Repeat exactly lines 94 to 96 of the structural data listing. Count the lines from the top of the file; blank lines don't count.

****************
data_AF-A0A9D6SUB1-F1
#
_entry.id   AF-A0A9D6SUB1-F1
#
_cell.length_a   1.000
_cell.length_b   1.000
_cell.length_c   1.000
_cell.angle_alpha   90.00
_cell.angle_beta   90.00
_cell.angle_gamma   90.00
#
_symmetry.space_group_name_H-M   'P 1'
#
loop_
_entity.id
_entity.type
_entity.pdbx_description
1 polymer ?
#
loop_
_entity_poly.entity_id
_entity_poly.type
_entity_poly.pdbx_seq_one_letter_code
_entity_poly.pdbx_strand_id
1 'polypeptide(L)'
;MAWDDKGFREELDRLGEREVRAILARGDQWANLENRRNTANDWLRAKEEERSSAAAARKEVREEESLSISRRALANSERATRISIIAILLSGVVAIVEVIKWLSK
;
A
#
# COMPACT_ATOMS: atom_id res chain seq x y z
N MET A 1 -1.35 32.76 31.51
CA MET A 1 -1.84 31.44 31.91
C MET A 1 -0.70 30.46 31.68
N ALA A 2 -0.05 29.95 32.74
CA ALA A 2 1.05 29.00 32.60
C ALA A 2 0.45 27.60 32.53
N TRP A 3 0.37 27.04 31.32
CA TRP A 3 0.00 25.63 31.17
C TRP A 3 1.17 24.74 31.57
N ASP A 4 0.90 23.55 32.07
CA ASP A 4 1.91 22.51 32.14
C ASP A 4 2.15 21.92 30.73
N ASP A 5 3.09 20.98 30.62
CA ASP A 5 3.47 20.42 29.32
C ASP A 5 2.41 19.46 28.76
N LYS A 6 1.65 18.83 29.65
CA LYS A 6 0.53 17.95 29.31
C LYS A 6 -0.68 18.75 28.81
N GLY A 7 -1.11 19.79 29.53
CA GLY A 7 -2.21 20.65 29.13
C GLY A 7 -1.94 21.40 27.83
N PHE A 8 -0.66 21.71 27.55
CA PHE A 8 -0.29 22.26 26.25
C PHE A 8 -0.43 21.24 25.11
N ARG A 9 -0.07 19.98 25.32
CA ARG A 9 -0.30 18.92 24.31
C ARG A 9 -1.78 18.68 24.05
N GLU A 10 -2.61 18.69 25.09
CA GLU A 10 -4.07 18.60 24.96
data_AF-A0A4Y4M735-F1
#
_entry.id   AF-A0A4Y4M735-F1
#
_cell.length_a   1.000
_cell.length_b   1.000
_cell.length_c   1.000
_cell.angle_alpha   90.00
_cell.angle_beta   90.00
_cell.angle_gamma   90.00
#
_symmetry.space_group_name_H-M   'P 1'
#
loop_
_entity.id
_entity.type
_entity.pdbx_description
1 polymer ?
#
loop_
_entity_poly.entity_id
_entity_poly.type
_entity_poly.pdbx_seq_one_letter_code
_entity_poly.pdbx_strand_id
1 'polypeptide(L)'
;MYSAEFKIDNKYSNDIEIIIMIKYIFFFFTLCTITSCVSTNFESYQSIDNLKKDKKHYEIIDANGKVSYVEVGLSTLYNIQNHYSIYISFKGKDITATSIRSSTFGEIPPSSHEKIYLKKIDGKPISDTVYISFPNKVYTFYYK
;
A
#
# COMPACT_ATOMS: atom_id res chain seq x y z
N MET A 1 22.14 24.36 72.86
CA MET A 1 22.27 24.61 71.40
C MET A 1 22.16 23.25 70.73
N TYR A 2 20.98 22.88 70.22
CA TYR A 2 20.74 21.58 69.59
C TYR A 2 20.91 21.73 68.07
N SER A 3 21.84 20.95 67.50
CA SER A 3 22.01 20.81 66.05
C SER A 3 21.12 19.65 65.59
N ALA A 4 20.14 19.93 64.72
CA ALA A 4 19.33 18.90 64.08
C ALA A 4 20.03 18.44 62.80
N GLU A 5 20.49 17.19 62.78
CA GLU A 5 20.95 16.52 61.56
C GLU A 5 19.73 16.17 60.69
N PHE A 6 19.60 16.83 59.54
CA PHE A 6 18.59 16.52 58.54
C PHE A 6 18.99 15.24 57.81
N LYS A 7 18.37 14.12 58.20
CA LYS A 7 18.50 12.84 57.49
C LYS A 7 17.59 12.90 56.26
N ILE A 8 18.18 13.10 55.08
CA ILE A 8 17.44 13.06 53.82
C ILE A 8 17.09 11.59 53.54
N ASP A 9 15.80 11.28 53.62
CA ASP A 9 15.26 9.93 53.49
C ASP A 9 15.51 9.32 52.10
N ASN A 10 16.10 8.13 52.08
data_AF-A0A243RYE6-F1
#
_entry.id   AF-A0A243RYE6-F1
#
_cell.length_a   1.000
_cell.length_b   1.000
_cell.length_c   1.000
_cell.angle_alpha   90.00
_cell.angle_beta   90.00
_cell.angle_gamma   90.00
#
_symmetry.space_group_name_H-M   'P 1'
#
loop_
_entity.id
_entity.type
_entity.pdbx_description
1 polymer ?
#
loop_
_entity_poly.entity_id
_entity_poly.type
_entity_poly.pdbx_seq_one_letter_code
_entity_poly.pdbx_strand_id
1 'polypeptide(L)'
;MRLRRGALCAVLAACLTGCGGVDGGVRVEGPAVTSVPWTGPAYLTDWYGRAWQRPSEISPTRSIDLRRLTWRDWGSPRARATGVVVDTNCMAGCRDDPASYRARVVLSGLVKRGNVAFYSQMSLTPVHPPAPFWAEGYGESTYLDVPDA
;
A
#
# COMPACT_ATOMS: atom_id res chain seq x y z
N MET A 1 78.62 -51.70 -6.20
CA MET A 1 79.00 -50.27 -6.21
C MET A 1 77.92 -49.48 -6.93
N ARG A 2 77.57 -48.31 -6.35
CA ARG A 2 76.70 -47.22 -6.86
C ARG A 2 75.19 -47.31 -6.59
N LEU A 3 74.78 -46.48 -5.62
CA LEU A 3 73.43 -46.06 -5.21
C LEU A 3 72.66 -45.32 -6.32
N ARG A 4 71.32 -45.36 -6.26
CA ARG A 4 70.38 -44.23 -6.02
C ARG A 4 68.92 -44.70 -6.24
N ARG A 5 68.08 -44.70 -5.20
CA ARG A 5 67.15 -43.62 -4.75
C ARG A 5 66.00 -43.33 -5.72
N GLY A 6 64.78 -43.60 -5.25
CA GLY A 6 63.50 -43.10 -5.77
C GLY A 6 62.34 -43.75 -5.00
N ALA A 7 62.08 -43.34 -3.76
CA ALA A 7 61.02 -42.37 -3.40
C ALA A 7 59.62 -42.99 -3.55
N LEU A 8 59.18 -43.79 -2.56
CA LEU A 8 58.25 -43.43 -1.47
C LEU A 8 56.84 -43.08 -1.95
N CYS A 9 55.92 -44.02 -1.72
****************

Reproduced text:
CA TYR A 2 20.74 21.58 69.59
C TYR A 2 20.91 21.73 68.07
N SER A 3 21.84 20.95 67.50